Jerome Bruner (1915 - )
Constructivism & Discovery Learning
Born New York City, October 1, 1915. He received his A.B. degree from Duke University in 1937 and his Ph.D in 1947 from Harvard. He was on the faculty in the Department of Psychology at Harvard University.from 1952 - 1972.
In 1960 Bruner published The Process of Education. This was a landmark book which led to much experimentation and a broad range of educational programs in the 1960's. Howard Gardner and other young researchers worked under Bruner and were much-influenced by his work. In the early 70's Bruner left Harvard to teach at University of Oxford for several years (1972 - 1979). He returned to Harvard in 1979.
Later he joined the New York University of Law, where he is a senior research fellow (at the age of 93). Four features of Bruner's theory of instruction.
1. Predisposition to learn.... This feature specifically states the experiences which move the learner toward a love of learning in general, or of learning something in particular. Motivational, cultural, and personal factors contribute to this. Bruner emphasized social factors and early teachers and parents' influence on this. He believed learning and problem solving emerged out of exploration. Part of the task of a teacher is to maintain and direct a child's spontaneous explorations.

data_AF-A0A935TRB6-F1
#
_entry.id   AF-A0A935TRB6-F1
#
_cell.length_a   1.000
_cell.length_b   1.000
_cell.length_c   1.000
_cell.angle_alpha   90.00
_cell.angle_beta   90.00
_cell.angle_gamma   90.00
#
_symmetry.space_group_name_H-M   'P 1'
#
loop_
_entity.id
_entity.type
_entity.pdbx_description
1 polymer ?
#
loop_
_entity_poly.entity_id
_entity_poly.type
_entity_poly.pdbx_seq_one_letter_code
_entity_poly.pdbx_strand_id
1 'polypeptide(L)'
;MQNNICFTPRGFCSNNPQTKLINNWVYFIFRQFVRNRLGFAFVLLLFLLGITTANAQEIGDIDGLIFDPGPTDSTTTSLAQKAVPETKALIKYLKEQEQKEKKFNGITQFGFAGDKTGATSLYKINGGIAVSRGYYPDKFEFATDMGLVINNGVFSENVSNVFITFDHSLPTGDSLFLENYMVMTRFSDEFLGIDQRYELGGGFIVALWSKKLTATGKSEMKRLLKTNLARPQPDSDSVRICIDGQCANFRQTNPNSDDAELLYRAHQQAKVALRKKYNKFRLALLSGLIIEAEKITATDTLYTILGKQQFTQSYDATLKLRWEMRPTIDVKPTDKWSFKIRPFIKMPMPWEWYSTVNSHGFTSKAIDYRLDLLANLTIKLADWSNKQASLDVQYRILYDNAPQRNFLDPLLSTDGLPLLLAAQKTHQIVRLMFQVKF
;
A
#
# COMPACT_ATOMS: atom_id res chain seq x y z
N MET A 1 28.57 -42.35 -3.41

2. Structure of knowledge....it is possible to structure knowledge in a way that enables the learner to most readily grasp the information. This is a relative feature, as there are many ways to structure a body of knowledge and many preferences among learners. Bruner offered considerable detail about structuring knowledge.
Understanding the fundamental structure of a subject makes it more comprehensible. Bruner viewed categorization as a fundamental process in the structuring of knowledge. (See the section below on categorization.)
Details are better retained when placed within the contest of an ordered and...
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